Mr. Biden looks to tap more Obama vets to fill key national security roles, reports Politico, including Wendy Sherman as SecState-designee Tony Blinken’s deputy. Ms. Sherman previously served as under secretary of state for political affairs in the Obama administration and was a lead negotiator for the Iran deal.

The Pentagon has set up interviews this week between Mr. Biden’s defense policy team and US commanders in Afghanistan, Africa, and South Korea. The move comes after Biden claimed that the Trump administration was stonewalling the transition process, reports Military.com.

US Strategic Command chief ADM Charles Richard, in charge of the US nuclear arsenal, told The Hill, he would “welcome” a review by the incoming Biden administration of the country’s nuclear weapons strategy, but lashed out at critics of the military’s plans for new intercontinental ballistic missiles. The Biden administration is expected to conduct its own Nuclear Posture Review and is reportedly considering cuts to nuclear modernization programs.

Fort Lee, Fort Pickett, and Fort Hill in Virginia will be getting new names, reports ABC News, after Congress’ recent override of the president’s veto of the defense spending bill.

Israel, Greece sign $1.7 billion deal for Air Force training, reports Defense News. As part of a $1.68 billion deal between Israel and Greece — the largest-ever defense agreement between the two countries — the Hellenic Air Force will acquire 10 M-346 aircraft and Israel’s Elbit Systems will establish a flight school and maintain training aircraft. Israel will also provide simulators, training and logistical support as part of the 20-year deal. It is part of an increasingly close relationship between Athens and Jerusalem that has seen Greece lease Israeli drones and also involved a pipeline deal signed last year.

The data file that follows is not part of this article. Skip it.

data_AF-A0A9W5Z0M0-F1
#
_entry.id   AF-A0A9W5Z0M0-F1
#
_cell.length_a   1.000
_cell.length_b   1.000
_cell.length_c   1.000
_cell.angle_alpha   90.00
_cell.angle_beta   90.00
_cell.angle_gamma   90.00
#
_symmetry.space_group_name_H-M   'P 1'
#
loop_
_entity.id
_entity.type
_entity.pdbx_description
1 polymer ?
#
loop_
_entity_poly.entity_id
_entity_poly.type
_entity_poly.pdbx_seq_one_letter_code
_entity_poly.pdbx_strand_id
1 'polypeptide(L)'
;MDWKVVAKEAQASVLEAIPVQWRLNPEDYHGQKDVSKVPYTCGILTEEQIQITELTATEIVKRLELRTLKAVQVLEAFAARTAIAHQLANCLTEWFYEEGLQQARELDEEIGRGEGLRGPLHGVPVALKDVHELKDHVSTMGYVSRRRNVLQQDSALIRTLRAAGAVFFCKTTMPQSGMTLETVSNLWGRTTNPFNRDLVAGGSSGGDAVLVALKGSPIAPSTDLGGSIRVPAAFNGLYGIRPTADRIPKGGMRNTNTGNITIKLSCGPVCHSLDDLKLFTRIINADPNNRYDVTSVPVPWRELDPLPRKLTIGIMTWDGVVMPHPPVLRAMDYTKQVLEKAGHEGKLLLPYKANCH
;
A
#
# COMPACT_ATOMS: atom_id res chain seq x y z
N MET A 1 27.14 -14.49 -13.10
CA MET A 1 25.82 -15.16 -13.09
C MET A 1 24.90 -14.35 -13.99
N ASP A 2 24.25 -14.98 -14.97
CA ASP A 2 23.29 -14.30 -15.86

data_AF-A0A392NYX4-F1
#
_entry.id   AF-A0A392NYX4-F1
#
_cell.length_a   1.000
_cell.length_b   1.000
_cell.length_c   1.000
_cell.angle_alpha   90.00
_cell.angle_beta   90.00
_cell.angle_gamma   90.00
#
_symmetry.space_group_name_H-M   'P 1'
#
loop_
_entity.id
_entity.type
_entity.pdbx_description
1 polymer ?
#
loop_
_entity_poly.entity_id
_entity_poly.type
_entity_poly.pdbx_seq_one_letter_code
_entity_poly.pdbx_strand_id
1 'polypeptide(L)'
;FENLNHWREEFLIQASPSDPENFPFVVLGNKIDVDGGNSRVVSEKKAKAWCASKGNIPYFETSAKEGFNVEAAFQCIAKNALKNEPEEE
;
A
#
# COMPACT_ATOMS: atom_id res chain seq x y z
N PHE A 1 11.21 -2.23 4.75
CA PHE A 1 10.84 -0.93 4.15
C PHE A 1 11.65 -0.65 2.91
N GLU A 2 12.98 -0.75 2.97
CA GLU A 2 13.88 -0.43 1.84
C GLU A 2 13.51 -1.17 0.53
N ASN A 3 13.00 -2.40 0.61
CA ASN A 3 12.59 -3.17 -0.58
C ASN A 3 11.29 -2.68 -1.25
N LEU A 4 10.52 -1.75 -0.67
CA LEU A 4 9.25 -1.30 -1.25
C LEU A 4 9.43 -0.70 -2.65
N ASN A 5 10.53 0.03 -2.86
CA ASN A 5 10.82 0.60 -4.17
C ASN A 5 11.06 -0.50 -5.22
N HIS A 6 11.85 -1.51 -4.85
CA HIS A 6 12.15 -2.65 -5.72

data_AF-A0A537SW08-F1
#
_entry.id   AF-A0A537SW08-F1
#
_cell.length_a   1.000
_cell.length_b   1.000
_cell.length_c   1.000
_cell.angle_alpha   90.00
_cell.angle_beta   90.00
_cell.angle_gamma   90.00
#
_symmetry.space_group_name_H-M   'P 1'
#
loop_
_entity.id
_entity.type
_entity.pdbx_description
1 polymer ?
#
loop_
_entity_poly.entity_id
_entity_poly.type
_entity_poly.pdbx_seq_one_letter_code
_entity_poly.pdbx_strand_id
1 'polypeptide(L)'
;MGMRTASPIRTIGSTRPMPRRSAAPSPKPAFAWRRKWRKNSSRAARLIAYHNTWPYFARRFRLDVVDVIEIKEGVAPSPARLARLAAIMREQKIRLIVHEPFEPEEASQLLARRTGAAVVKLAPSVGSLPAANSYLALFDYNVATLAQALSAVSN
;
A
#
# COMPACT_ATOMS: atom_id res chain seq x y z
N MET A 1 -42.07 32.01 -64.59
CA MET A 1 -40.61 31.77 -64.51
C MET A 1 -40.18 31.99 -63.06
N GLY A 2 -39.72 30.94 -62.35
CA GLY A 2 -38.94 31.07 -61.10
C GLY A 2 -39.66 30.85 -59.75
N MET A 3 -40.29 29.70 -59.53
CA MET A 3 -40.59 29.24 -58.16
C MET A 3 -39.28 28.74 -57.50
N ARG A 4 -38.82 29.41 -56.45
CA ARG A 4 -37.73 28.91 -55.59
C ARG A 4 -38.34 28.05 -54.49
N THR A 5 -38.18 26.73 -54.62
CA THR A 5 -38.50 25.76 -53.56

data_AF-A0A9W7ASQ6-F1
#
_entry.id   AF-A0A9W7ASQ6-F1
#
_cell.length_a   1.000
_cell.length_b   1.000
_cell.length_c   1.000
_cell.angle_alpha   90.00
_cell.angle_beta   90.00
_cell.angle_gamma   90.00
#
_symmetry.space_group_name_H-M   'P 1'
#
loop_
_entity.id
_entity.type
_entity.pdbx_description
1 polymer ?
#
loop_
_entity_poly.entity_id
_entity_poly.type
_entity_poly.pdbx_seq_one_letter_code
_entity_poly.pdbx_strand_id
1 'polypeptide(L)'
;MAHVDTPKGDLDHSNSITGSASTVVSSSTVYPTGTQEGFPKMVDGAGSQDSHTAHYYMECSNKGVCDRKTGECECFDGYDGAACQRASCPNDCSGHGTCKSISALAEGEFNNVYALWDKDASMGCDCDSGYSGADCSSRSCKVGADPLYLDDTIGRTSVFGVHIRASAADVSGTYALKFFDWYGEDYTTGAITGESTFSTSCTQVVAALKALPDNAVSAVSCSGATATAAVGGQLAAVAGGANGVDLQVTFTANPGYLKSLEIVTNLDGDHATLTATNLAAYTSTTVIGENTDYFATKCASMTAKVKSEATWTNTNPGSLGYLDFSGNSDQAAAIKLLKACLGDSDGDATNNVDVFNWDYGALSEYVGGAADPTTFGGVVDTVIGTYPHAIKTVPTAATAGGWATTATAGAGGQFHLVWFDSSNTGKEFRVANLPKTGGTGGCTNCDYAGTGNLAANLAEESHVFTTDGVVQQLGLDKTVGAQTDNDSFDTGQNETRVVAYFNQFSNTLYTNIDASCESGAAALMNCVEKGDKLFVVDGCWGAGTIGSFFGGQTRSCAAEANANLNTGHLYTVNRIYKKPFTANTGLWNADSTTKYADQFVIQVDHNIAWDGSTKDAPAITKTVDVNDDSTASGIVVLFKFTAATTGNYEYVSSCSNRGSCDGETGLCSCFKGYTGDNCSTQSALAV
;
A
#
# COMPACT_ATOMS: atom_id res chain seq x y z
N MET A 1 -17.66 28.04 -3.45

Navy SEAL Chief Special Warfare Operator Tony E. DeDolph has agreed to pleads guilty to strangling Army Green Beret Staff Sgt. Logan Melgar, reports Military Times. His lawyer says that his client “never intended to injure”  in the hazing incident at the offsite residence where he and at least three other US military members surprised Melgar while he was sleeping, restrained him, and DeDolph, a former professional mixed martial arts fighter, put him in a chokehold that unexpectedly killed him. Other charges are being dismissed as part of a pre-trial agreement, DeDolph’s attorney said.

Contracts:

Wartsila Defense Inc., Chesapeake, Virginia, is awarded a $12,287,373 firm-fixed-price, indefinite-delivery/indefinite-quantity contract for Navy submarine propeller and propulsor for on-site repairs. The contract will have a five year ordering period. Work under the contract will be completed at various shipyards within and outside of the continental US according to individual task orders and is expected to be completed by January 2026. Fiscal 2021 operation and maintenance (Navy) funding in the amount of $186,357 will be obligated at time of award and will expire at the end of the current fiscal year. This contract was competitively procured via beta.Sam.gov with one offer received. The Naval Surface Warfare Center, Philadelphia Division, Philadelphia, Pennsylvania, is the contracting activity (N64498-21-D-4006).